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WONGTERNS WANTED

WONGTERNS WANTED

Wongterns Wanted

Internships can be a lot of things for the intern. Intimidating. Boring. Eye-opening. Stimulating. Degrading. Inspiring. A total waste of time for everyone involved.But really, a worthwhile internship should be mutually beneficial. Agency-folk and intern-folk both need to bring it.

Interns have a lot to give.

Don’t underestimate your interns. They bring a ton of enthusiasm, curiosity and a different perspective … not to mention youth. Who better to give you a Snapchat tutorial? What they lack in experience they make up for in eagerness. What they lack in years they make up for in actually being the target, or at least when we’re targeting millennials — which is almost all the time, it seems.

Create structure around their time at the agency.

Three months can go fast. In our LA office, I ask every creative intern to come up with three or four goals in their first week. These goals can be things like “learn to write better radio” or “get better at presenting” or maybe just “don’t fuck up answering the phones.” I’ll make sure they get opportunities to hone those skills, and they make sure to track their own progress toward those goals. We meet every few weeks to talk about how it’s going.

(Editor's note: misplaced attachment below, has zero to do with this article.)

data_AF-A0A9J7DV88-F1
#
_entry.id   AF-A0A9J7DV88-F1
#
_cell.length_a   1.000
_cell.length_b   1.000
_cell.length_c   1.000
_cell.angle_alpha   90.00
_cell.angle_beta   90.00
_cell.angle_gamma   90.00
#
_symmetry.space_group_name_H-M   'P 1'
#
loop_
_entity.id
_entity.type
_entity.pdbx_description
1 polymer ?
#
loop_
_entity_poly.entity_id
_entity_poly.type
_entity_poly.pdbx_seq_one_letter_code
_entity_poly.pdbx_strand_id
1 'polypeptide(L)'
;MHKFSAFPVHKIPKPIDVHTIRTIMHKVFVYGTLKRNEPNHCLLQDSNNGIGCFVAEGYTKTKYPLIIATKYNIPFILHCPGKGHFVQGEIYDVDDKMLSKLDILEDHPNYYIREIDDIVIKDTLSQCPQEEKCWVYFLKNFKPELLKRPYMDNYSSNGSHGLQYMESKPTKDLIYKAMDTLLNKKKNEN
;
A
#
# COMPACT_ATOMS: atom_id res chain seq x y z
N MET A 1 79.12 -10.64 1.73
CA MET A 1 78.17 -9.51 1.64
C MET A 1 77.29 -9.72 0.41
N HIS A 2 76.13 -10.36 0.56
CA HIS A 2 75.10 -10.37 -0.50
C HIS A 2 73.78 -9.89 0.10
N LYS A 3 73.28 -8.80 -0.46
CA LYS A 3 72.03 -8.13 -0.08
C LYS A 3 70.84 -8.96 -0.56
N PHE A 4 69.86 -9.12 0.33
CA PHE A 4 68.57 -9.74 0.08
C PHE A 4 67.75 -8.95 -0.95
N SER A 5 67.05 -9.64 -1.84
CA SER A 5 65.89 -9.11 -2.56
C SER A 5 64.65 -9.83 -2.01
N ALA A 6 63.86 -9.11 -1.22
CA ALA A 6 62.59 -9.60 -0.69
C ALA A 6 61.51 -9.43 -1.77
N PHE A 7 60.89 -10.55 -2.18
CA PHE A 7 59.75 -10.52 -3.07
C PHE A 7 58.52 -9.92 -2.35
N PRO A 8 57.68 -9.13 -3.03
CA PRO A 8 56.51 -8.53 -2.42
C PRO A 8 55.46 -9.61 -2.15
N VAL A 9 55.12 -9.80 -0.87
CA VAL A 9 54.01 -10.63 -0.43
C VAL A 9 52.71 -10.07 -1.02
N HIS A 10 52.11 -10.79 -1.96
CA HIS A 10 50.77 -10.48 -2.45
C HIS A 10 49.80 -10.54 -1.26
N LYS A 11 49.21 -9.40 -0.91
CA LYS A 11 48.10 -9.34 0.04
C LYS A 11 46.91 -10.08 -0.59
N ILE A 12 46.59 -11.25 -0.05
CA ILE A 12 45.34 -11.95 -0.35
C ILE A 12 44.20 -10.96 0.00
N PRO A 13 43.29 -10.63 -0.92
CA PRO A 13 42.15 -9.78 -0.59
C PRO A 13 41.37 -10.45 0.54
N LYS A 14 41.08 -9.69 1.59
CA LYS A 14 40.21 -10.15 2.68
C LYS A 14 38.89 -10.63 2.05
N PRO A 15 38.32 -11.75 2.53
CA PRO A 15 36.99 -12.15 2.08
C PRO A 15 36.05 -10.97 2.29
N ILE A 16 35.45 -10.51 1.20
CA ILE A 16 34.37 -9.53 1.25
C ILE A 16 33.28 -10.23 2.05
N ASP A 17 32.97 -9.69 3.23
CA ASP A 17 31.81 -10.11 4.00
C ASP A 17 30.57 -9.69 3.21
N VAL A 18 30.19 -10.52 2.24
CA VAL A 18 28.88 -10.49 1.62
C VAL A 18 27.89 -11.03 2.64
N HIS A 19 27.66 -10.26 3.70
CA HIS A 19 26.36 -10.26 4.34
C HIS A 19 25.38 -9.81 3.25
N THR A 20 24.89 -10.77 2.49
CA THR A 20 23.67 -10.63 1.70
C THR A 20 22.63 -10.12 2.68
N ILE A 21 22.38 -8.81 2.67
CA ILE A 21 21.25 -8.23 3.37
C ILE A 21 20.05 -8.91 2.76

Give them real responsibilities with safety nets.

This summer we tried something new. We had a group made entirely of interns (spanning both offices) work on a project, beginning to end, for our LA client The Coffee Bean & Tea Leaf, which kindly agreed to our experiment.

The strategist intern wrote the brief and presented it to our head client. She then kicked off the briefing with the whole team, which included a copywriter, art director, designer, account executive and connections planner (all interns). A subset of this group visited The Coffee Bean & Tea Leaf’s roasting facility together as part of their research. They presented a first round of work to the clients a few weeks later, and a final round a couple weeks after that.

This was all gently guided (but not interfered with) by a few of us who oversaw the project. Did it go a little off the rails at times? Sure. But it was a huge success in that they learned a ton, and our clients have expressed a desire to turn that intern project into a real one, to launch in 2015.

This fall term, in a very meta-assignment, our Wongterns will be designing the newly named WONGTERNS identity, messaging and advertising as part of their Wongternship.

Stay tuned for how it turns out.

Pam Fujimoto
Executive Creative Director, WONGDOODY LA

P.S.
Think you have what it takes to be a Wongtern? Apply here.

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careers / wongterns